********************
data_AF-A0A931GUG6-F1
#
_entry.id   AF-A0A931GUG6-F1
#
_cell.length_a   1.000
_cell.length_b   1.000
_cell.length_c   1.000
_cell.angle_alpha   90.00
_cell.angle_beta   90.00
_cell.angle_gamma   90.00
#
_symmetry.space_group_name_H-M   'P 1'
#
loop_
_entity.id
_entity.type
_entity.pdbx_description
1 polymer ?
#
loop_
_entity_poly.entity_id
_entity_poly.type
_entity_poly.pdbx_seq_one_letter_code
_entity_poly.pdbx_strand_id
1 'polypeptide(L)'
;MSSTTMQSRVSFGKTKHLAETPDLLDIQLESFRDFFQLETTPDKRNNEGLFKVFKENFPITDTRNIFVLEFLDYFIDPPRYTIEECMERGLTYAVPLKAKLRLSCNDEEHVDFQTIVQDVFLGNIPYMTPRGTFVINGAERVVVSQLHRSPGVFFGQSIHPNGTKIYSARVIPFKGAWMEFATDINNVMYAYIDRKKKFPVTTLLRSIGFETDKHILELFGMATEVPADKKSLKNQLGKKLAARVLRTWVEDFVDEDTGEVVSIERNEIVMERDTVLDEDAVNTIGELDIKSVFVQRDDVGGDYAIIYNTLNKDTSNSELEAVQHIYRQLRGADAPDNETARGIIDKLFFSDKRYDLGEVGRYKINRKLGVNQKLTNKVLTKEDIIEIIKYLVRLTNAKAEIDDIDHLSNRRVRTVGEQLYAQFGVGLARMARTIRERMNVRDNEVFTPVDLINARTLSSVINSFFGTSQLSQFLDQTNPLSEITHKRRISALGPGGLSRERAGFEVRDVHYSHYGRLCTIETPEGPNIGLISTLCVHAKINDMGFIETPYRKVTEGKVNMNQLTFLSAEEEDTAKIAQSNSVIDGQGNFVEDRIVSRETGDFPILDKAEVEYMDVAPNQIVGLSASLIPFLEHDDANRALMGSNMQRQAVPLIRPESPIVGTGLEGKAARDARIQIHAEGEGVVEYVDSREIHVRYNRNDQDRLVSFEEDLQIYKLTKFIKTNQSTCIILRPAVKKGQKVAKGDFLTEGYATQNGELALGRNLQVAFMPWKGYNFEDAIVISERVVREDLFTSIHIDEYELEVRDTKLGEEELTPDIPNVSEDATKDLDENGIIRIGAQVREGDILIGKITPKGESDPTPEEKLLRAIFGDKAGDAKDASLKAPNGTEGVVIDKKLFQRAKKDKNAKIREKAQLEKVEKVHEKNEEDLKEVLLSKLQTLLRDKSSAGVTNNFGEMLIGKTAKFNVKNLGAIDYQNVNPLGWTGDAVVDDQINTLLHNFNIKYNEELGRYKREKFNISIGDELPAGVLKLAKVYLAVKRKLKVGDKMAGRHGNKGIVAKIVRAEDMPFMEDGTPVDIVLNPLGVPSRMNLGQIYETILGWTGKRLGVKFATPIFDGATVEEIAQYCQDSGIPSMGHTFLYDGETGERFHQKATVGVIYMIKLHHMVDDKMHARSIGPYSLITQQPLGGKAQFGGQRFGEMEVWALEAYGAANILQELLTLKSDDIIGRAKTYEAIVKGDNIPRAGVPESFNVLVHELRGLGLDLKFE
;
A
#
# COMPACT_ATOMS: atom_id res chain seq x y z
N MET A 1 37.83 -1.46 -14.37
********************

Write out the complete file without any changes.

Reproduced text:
data_AF-A0A931GUG6-F1
#
_entry.id   AF-A0A931GUG6-F1
#
_cell.length_a   1.000
_cell.length_b   1.000
_cell.length_c   1.000
_cell.angle_alpha   90.00
_cell.angle_beta   90.00
_cell.angle_gamma   90.00
#
_symmetry.space_group_name_H-M   'P 1'
#
loop_
_entity.id
_entity.type
_entity.pdbx_description
1 polymer ?
#
loop_
_entity_poly.entity_id
_entity_poly.type
_entity_poly.pdbx_seq_one_letter_code
_entity_poly.pdbx_strand_id
1 'polypeptide(L)'
;MSSTTMQSRVSFGKTKHLAETPDLLDIQLESFRDFFQLETTPDKRNNEGLFKVFKENFPITDTRNIFVLEFLDYFIDPPRYTIEECMERGLTYAVPLKAKLRLSCNDEEHVDFQTIVQDVFLGNIPYMTPRGTFVINGAERVVVSQLHRSPGVFFGQSIHPNGTKIYSARVIPFKGAWMEFATDINNVMYAYIDRKKKFPVTTLLRSIGFETDKHILELFGMATEVPADKKSLKNQLGKKLAARVLRTWVEDFVDEDTGEVVSIERNEIVMERDTVLDEDAVNTIGELDIKSVFVQRDDVGGDYAIIYNTLNKDTSNSELEAVQHIYRQLRGADAPDNETARGIIDKLFFSDKRYDLGEVGRYKINRKLGVNQKLTNKVLTKEDIIEIIKYLVRLTNAKAEIDDIDHLSNRRVRTVGEQLYAQFGVGLARMARTIRERMNVRDNEVFTPVDLINARTLSSVINSFFGTSQLSQFLDQTNPLSEITHKRRISALGPGGLSRERAGFEVRDVHYSHYGRLCTIETPEGPNIGLISTLCVHAKINDMGFIETPYRKVTEGKVNMNQLTFLSAEEEDTAKIAQSNSVIDGQGNFVEDRIVSRETGDFPILDKAEVEYMDVAPNQIVGLSASLIPFLEHDDANRALMGSNMQRQAVPLIRPESPIVGTGLEGKAARDARIQIHAEGEGVVEYVDSREIHVRYNRNDQDRLVSFEEDLQIYKLTKFIKTNQSTCIILRPAVKKGQKVAKGDFLTEGYATQNGELALGRNLQVAFMPWKGYNFEDAIVISERVVREDLFTSIHIDEYELEVRDTKLGEEELTPDIPNVSEDATKDLDENGIIRIGAQVREGDILIGKITPKGESDPTPEEKLLRAIFGDKAGDAKDASLKAPNGTEGVVIDKKLFQRAKKDKNAKIREKAQLEKVEKVHEKNEEDLKEVLLSKLQTLLRDKSSAGVTNNFGEMLIGKTAKFNVKNLGAIDYQNVNPLGWTGDAVVDDQINTLLHNFNIKYNEELGRYKREKFNISIGDELPAGVLKLAKVYLAVKRKLKVGDKMAGRHGNKGIVAKIVRAEDMPFMEDGTPVDIVLNPLGVPSRMNLGQIYETILGWTGKRLGVKFATPIFDGATVEEIAQYCQDSGIPSMGHTFLYDGETGERFHQKATVGVIYMIKLHHMVDDKMHARSIGPYSLITQQPLGGKAQFGGQRFGEMEVWALEAYGAANILQELLTLKSDDIIGRAKTYEAIVKGDNIPRAGVPESFNVLVHELRGLGLDLKFE
;
A
#
# COMPACT_ATOMS: atom_id res chain seq x y z
N MET A 1 37.83 -1.46 -14.37